Martin Collins, assuring us that those whom God has called will be kept safe, protected, and sanctified, reminds us that: 1.) No one can come to Christ unless the Father draws him, 2.) All whom the Father has given to Him will come to Him, and 3.) None of those who remain in Him will be lost. In the prayer Jesus offered on behalf of His disciples, recorded in John 17, Jesus also prays for those called in the future, asking for their safe-keeping, sanctification, unity, and fellowship, all referring to matters of the spirit—protection from evil, separation from the world, and training for future responsibilities in God's Kingdom. Before our lives conclude, Satan, secular influences and our own carnality will all assault us. God as our true Shepherd provides total protection of His called out-ones forever. Being kept in God's name refers to assimilating the attributes of God: Joy, holiness, truth, responsibility, unity and love. Joy is an endangered characteristic among today's saints. We can have joy in the midst of trials when we take our minds off immediate circumstances and focus on the mind of Christ dwelling in us. This indwelling Spirit enables us to develop a vertical relationship with our Heavenly Father and a horizontal one with our brethren. God has separated us out to love and obey Him and teach others to do the same.
Not a few people, and even many Christians, think that the Bible contains some strange laws. For instance, Deuteronomy 22:11 forbids the wearing of a garment that contains different fabrics. Mike Ford tackles this particular command, contending that it contains a spiritual principle with a profound impact on Christian life.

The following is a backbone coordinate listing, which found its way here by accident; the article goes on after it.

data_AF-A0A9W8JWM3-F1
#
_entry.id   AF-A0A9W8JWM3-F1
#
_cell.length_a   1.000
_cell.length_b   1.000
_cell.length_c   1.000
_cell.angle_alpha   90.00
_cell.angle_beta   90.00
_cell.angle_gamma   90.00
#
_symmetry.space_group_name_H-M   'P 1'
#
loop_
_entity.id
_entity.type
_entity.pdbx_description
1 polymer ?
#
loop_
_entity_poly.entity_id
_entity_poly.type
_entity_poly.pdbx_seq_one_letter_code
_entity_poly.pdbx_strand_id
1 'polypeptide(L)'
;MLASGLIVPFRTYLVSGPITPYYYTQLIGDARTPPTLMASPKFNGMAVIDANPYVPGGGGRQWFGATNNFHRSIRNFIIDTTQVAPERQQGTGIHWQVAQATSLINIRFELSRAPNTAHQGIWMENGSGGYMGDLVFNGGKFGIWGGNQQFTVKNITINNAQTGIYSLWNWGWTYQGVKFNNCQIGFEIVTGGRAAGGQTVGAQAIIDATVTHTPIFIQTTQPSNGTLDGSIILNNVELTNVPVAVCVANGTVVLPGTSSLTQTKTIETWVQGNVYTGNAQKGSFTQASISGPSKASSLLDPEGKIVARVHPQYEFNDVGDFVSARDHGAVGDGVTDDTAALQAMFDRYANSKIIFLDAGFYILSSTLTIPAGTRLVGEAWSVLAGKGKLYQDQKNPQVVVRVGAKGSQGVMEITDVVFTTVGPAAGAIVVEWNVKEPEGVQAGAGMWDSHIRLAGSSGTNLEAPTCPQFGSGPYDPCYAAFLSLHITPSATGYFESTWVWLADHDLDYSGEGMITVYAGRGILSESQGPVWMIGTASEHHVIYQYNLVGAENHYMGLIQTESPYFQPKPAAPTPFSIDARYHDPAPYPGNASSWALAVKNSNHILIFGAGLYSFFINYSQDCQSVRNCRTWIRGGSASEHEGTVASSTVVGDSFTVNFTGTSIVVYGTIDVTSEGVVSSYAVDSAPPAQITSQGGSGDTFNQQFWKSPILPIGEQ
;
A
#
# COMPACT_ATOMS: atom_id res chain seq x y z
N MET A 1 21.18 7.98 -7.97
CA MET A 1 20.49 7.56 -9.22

We find the only notable mention of what we now call the Night to Be Much Observed in Exodus 12:40-42: "Now the sojourn of the children of Israel who lived in Egypt was four hundred and thirty years. ..."
Mike Ford explores the possible physical and spiritual significance of the prohibition to mix wool and linen which appears in Deuteronomy 22:11 and Leviticus 19:19. One explanation seems to come from the consumer protection corner, asserting that mixing fibers produces an inferior garment. Some commentaries refer to the respective offerings of Cain and Abel, suggesting that linen may represent worldliness or unrighteousness (even though the book of Revelation tells us the saints will be clothed in linen), while wool symbolizes righteousness. Some Protestant commentaries jump to the conclusion that linen refers to works while wool refers to grace, indicating that they should never be joined. Some commentaries suggest that linen signifies Egypt (even though the Aaronic priests were commanded to wear linen undergarments) and that Israelites were forbidden to mix with Egypt. Realizing that since neither one jot nor tittle will pass from the Law until heaven and earth pass away, we are obligated to look for the commonsense spiritual applications. Since this law appears with other prohibitions of mixing seed, mixing livestock, and keeping things separate, we conclude that God wants us to remain separate from the world, not being unequally yoked with any aspect of this world.
Is God an environmentalist? Should Christians care about the ecological health of the earth and its inhabitants, human or otherwise? Richard Ritenbaugh explains the Bible's position on the environmental issue.
In this sermon devoted to the Night Much to be Observed, John Ritenbaugh asserts that far from being the "pipe dream" of Herbert W. Armstrong as some have disparagingly called it, this event is a commanded part of the beginning of the Days of Unleavened Bread, a time focusing on God's watchful oversight as He delivers us from bondage, continuing His oversight throughout our pilgrimage. Numbers 28:16-17 clearly reveals that the Passover and the Feast of Unleavened Bread occur on two different days. Exodus 12:40 clearly marks this event as a memorial of the covenant with Abraham 430 years prior- again emphasizing God's continuous watchful care.
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